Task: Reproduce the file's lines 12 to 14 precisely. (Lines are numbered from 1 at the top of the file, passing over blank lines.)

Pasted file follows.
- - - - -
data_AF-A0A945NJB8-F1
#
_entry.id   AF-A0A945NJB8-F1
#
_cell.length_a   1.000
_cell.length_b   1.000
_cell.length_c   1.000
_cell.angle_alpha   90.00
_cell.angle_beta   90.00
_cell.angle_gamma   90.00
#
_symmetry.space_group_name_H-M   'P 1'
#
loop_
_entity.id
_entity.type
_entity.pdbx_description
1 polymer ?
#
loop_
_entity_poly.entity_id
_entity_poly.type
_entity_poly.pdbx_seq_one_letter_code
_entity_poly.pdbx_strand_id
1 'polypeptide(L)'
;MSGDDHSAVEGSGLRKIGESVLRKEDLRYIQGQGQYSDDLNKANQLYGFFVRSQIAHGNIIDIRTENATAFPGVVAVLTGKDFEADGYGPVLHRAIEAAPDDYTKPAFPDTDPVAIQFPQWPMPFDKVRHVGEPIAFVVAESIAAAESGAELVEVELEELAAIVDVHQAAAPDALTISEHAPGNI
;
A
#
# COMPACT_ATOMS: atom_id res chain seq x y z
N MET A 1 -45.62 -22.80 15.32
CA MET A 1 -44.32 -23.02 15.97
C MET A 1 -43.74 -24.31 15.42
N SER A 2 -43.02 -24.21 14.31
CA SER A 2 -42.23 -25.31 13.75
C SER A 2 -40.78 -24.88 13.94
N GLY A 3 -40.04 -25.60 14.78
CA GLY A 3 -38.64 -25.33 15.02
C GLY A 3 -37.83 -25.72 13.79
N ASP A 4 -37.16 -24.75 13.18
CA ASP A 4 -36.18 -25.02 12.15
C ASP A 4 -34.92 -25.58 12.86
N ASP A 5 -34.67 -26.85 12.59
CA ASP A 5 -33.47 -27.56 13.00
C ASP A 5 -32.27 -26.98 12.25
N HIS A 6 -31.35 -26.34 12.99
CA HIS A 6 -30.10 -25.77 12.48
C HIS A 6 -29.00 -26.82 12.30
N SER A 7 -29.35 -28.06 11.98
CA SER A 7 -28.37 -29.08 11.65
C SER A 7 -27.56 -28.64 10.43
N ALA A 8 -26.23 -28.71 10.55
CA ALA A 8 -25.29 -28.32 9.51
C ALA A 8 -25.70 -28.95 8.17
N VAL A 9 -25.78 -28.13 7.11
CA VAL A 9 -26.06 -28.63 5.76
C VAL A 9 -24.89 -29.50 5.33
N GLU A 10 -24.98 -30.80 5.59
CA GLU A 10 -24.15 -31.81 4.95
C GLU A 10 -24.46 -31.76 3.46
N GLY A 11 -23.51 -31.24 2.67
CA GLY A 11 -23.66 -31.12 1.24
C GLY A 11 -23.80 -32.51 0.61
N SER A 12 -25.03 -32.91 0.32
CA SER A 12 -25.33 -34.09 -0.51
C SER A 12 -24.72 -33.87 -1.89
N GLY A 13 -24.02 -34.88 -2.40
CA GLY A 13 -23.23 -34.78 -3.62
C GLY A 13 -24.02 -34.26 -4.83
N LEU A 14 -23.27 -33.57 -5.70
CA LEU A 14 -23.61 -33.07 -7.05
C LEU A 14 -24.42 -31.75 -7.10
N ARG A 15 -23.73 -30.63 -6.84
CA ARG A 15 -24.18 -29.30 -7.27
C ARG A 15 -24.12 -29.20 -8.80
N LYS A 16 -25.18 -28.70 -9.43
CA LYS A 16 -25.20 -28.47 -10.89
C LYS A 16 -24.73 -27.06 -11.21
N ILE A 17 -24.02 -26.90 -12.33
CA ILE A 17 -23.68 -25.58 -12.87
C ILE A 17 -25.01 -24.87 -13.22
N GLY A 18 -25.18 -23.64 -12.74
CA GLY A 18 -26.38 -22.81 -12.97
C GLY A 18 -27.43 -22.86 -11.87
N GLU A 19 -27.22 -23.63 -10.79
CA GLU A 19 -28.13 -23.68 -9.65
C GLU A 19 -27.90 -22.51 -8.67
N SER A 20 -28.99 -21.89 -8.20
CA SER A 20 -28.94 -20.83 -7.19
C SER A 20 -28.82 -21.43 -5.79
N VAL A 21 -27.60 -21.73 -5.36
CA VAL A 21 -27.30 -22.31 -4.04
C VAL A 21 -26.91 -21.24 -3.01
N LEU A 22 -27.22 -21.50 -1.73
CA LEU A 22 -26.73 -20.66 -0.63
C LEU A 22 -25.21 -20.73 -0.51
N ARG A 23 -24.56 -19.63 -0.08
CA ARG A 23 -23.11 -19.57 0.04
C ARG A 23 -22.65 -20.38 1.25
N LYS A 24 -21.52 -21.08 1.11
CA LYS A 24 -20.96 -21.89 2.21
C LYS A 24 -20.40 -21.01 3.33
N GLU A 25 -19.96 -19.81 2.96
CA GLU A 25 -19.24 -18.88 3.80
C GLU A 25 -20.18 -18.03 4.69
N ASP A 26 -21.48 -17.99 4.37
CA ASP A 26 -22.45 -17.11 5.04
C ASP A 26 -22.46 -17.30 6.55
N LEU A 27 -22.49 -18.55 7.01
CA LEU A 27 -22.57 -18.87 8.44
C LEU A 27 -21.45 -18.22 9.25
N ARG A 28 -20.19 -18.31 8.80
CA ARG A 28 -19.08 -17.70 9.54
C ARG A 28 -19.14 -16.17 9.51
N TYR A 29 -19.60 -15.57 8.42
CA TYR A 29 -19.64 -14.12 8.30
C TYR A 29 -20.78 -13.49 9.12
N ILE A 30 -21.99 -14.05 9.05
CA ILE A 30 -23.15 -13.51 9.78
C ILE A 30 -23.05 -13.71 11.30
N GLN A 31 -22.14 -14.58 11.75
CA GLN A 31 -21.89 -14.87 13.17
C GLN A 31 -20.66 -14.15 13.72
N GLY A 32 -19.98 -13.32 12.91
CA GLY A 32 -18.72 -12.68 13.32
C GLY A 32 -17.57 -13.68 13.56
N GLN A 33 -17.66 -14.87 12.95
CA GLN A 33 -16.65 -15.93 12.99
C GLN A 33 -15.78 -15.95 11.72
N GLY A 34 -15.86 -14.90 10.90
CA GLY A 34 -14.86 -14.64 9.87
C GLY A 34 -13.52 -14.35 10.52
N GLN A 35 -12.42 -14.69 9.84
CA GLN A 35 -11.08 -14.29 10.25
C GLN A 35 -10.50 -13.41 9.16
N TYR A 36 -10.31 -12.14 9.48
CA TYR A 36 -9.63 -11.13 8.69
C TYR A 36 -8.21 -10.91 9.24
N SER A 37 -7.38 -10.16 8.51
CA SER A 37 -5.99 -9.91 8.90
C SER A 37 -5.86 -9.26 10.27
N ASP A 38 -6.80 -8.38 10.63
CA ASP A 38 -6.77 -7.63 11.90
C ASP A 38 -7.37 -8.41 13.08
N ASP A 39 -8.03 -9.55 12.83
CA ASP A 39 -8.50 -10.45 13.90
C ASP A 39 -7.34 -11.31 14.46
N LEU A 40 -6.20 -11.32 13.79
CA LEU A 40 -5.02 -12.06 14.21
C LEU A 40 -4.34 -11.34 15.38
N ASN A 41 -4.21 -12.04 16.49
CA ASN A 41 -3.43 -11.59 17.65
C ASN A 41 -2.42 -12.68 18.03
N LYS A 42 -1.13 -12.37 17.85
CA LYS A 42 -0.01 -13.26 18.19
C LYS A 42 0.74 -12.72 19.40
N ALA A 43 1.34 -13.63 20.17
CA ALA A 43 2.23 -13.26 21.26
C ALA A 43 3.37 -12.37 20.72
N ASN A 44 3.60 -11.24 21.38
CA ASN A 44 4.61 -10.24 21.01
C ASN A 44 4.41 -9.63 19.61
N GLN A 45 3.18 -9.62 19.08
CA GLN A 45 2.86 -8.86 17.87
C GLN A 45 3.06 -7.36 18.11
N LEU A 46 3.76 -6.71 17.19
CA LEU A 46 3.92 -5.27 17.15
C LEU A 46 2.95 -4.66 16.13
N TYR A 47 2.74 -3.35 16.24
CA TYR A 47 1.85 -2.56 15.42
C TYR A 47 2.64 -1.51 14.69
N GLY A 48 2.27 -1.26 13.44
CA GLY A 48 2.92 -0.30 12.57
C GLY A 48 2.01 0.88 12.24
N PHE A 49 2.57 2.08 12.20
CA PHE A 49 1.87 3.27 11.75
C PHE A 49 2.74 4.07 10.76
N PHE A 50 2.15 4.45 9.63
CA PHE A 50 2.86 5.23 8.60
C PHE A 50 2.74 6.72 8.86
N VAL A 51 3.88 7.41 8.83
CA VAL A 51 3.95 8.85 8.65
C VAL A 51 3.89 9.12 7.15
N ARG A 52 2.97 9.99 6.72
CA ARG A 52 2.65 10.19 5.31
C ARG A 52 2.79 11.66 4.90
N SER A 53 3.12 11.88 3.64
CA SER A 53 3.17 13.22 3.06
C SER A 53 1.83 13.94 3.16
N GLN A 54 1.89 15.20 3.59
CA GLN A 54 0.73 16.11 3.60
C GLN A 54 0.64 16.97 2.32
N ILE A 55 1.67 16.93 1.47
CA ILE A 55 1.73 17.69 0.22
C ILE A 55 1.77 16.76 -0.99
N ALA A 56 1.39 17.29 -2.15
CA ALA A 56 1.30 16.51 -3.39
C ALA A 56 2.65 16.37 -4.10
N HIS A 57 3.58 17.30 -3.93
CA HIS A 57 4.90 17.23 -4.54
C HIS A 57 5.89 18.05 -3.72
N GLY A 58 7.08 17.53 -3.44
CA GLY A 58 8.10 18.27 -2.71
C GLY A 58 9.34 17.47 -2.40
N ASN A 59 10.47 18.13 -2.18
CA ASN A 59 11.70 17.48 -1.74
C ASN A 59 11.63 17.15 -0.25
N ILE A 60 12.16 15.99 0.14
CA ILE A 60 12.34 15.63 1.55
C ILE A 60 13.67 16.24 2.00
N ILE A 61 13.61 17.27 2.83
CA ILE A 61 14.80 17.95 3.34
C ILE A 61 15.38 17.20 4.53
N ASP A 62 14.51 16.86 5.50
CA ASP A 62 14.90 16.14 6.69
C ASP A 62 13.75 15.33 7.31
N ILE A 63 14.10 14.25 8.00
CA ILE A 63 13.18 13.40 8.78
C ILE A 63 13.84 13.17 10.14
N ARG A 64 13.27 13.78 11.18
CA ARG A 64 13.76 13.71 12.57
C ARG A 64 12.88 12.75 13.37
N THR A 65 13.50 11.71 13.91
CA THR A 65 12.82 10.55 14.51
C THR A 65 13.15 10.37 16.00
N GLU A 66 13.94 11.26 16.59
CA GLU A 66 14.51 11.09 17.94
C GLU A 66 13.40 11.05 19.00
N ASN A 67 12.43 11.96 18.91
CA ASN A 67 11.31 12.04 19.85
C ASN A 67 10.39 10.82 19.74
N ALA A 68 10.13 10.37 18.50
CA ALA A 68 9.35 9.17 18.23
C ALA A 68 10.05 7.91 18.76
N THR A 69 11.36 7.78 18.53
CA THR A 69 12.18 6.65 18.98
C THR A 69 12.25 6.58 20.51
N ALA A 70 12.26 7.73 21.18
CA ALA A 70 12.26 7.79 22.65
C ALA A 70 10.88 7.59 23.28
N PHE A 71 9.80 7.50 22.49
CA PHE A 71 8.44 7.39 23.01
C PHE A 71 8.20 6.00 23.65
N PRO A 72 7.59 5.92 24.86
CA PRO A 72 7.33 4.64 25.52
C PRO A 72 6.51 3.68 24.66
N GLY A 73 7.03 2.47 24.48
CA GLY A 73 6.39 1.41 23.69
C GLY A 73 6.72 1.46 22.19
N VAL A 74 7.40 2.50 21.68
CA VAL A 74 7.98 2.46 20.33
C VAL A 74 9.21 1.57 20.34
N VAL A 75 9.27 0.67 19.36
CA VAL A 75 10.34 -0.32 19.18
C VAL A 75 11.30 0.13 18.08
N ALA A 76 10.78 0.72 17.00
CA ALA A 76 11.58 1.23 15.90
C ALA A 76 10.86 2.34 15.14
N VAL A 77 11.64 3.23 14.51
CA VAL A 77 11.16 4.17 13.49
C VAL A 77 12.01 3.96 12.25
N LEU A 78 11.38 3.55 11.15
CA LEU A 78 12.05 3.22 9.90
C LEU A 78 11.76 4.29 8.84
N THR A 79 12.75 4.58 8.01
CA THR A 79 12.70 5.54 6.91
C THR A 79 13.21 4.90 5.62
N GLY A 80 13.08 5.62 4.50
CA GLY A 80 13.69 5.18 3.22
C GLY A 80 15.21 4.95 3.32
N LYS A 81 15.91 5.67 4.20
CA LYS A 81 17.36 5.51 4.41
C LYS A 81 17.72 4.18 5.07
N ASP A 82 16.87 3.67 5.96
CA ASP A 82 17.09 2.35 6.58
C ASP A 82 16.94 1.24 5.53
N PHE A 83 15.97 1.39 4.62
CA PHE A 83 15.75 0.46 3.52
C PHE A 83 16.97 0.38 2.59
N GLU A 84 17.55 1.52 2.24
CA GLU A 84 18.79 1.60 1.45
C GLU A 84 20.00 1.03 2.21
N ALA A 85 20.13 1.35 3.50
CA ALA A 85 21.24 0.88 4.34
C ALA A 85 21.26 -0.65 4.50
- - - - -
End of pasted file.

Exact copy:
_symmetry.space_group_name_H-M   'P 1'
#
loop_